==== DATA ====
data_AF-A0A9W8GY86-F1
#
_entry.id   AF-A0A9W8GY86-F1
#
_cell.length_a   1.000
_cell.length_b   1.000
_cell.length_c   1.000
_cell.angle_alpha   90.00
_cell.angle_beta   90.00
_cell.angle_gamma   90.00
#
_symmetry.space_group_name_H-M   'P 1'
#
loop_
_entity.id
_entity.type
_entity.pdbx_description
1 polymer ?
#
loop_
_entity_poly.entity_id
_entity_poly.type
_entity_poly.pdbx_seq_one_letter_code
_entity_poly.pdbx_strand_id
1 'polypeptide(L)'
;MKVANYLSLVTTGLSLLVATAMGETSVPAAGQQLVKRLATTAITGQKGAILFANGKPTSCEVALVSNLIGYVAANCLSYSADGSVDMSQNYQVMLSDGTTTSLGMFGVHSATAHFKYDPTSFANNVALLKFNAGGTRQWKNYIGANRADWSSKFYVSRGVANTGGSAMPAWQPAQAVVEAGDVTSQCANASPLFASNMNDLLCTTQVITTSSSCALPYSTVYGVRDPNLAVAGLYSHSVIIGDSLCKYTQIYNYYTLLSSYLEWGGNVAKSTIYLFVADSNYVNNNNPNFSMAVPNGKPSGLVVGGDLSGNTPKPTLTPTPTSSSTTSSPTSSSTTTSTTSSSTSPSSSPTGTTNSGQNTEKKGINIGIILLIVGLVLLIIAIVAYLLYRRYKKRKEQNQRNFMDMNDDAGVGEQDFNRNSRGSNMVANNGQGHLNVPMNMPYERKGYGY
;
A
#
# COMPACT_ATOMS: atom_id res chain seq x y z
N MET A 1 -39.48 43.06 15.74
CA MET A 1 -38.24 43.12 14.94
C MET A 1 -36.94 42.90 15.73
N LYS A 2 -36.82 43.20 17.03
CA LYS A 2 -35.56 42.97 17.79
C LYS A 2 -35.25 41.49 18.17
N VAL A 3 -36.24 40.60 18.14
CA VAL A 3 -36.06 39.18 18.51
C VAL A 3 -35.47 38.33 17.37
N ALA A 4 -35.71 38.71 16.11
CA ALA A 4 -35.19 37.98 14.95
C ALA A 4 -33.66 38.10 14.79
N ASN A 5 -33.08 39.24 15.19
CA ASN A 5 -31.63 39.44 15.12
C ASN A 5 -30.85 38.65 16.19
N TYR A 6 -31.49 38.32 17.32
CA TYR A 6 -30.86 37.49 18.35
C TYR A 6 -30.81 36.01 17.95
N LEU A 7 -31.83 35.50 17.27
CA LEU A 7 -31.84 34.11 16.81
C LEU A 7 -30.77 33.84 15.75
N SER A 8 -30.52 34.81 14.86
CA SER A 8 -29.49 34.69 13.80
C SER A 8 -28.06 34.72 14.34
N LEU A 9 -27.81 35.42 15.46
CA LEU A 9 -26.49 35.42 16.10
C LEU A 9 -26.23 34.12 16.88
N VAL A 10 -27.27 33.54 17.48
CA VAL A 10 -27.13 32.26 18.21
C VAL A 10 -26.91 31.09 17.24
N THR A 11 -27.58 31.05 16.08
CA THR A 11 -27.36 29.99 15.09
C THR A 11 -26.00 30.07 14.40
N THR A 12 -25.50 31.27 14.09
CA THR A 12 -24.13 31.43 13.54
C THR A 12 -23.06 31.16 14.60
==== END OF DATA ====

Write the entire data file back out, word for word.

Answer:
data_AF-A0A9W8GY86-F1
#
_entry.id   AF-A0A9W8GY86-F1
#
_cell.length_a   1.000
_cell.length_b   1.000
_cell.length_c   1.000
_cell.angle_alpha   90.00
_cell.angle_beta   90.00
_cell.angle_gamma   90.00
#
_symmetry.space_group_name_H-M   'P 1'
#
loop_
_entity.id
_entity.type
_entity.pdbx_description
1 polymer ?
#
loop_
_entity_poly.entity_id
_entity_poly.type
_entity_poly.pdbx_seq_one_letter_code
_entity_poly.pdbx_strand_id
1 'polypeptide(L)'
;MKVANYLSLVTTGLSLLVATAMGETSVPAAGQQLVKRLATTAITGQKGAILFANGKPTSCEVALVSNLIGYVAANCLSYSADGSVDMSQNYQVMLSDGTTTSLGMFGVHSATAHFKYDPTSFANNVALLKFNAGGTRQWKNYIGANRADWSSKFYVSRGVANTGGSAMPAWQPAQAVVEAGDVTSQCANASPLFASNMNDLLCTTQVITTSSSCALPYSTVYGVRDPNLAVAGLYSHSVIIGDSLCKYTQIYNYYTLLSSYLEWGGNVAKSTIYLFVADSNYVNNNNPNFSMAVPNGKPSGLVVGGDLSGNTPKPTLTPTPTSSSTTSSPTSSSTTTSTTSSSTSPSSSPTGTTNSGQNTEKKGINIGIILLIVGLVLLIIAIVAYLLYRRYKKRKEQNQRNFMDMNDDAGVGEQDFNRNSRGSNMVANNGQGHLNVPMNMPYERKGYGY
;
A
#
# COMPACT_ATOMS: atom_id res chain seq x y z
N MET A 1 -39.48 43.06 15.74
CA MET A 1 -38.24 43.12 14.94
C MET A 1 -36.94 42.90 15.73
N LYS A 2 -36.82 43.20 17.03
CA LYS A 2 -35.56 42.97 17.79
C LYS A 2 -35.25 41.49 18.17
N VAL A 3 -36.24 40.60 18.14
CA VAL A 3 -36.06 39.18 18.51
C VAL A 3 -35.47 38.33 17.37
N ALA A 4 -35.71 38.71 16.11
CA ALA A 4 -35.19 37.98 14.95
C ALA A 4 -33.66 38.10 14.79
N ASN A 5 -33.08 39.24 15.19
CA ASN A 5 -31.63 39.44 15.12
C ASN A 5 -30.85 38.65 16.19
N TYR A 6 -31.49 38.32 17.32
CA TYR A 6 -30.86 37.49 18.35
C TYR A 6 -30.81 36.01 17.95
N LEU A 7 -31.83 35.50 17.27
CA LEU A 7 -31.84 34.11 16.81
C LEU A 7 -30.77 33.84 15.75
N SER A 8 -30.52 34.81 14.86
CA SER A 8 -29.49 34.69 13.80
C SER A 8 -28.06 34.72 14.34
N LEU A 9 -27.81 35.42 15.46
CA LEU A 9 -26.49 35.42 16.10
C LEU A 9 -26.23 34.12 16.88
N VAL A 10 -27.27 33.54 17.48
CA VAL A 10 -27.13 32.26 18.21
C VAL A 10 -26.91 31.09 17.24
N THR A 11 -27.58 31.05 16.08
CA THR A 11 -27.36 29.99 15.09
C THR A 11 -26.00 30.07 14.40
N THR A 12 -25.50 31.27 14.09
CA THR A 12 -24.13 31.43 13.54
C THR A 12 -23.06 31.16 14.60